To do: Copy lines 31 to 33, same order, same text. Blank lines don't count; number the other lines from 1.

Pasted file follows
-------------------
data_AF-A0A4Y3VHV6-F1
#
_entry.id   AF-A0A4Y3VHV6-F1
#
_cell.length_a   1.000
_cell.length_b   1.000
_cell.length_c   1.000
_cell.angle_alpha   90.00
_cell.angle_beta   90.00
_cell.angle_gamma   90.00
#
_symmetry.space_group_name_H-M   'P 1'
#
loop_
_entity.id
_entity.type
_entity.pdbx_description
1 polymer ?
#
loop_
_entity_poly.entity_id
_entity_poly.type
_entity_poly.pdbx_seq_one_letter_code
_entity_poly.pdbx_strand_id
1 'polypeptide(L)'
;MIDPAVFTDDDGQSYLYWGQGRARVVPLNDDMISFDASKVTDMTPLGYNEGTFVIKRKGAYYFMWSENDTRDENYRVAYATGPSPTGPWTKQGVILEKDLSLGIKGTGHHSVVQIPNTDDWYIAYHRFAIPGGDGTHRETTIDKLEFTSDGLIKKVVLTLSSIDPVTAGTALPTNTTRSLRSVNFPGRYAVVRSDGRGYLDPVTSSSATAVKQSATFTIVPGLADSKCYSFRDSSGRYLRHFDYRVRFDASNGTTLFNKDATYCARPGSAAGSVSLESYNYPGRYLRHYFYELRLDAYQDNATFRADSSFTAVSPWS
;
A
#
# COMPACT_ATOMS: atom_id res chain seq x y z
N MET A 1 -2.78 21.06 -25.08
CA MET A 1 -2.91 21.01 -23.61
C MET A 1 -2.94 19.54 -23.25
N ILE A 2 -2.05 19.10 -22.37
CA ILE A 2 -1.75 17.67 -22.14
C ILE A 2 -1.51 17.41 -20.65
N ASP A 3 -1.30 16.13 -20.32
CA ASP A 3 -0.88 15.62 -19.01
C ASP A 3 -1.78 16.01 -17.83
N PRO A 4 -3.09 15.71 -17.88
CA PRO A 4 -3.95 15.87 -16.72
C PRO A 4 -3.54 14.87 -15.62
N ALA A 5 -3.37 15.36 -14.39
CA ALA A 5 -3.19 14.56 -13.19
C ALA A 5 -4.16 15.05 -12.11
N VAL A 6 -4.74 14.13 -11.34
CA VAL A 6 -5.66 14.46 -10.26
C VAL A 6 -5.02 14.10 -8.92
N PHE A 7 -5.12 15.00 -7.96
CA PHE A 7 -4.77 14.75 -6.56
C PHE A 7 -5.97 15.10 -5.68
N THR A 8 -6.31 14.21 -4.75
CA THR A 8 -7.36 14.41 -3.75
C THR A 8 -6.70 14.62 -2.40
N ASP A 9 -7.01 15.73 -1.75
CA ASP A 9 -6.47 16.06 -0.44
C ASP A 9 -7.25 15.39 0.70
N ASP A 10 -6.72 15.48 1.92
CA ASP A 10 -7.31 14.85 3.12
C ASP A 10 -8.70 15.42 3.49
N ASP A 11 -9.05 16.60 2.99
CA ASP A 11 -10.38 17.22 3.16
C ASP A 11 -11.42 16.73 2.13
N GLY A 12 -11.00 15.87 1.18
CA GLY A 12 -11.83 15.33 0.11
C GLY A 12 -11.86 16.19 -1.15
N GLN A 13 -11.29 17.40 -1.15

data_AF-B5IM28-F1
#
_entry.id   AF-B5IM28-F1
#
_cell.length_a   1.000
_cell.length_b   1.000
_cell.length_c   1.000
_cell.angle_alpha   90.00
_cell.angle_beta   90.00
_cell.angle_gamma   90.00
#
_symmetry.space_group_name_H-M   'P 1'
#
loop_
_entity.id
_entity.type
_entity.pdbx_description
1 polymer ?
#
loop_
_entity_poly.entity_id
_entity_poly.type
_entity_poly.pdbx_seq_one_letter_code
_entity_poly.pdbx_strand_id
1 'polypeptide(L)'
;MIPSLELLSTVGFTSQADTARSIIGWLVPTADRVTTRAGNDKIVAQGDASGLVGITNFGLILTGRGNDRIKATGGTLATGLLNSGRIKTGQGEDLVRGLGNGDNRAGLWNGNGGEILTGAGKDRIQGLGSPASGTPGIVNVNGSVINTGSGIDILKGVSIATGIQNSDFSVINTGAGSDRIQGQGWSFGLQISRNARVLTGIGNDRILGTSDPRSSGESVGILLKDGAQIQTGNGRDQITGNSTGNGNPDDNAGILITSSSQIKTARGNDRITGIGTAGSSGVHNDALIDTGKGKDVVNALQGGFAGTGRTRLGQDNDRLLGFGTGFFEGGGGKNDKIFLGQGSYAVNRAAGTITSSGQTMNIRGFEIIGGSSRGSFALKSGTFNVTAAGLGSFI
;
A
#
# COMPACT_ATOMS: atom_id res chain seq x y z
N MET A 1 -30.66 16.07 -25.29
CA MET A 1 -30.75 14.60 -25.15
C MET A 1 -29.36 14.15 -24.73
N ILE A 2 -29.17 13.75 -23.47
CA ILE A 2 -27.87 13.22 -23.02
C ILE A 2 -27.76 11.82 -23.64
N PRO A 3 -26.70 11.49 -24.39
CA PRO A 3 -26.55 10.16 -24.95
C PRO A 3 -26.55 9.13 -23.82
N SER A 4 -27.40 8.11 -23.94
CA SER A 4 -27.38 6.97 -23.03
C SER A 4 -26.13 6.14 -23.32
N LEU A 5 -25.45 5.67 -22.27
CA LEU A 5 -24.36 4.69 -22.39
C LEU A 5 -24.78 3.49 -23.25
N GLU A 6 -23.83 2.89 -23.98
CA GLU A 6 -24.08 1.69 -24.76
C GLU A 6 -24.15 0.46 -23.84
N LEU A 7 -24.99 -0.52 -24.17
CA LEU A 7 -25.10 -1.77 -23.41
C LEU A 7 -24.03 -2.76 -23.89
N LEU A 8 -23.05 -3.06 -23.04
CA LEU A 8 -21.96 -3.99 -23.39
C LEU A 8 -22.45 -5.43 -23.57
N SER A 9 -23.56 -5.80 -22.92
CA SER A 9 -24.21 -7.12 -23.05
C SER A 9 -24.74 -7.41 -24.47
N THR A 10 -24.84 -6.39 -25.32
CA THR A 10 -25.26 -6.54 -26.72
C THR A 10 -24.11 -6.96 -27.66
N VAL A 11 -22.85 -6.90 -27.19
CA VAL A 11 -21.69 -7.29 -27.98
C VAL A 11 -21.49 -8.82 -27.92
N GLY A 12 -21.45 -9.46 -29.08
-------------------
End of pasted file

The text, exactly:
N MET A 1 -2.78 21.06 -25.08
CA MET A 1 -2.91 21.01 -23.61
C MET A 1 -2.94 19.54 -23.25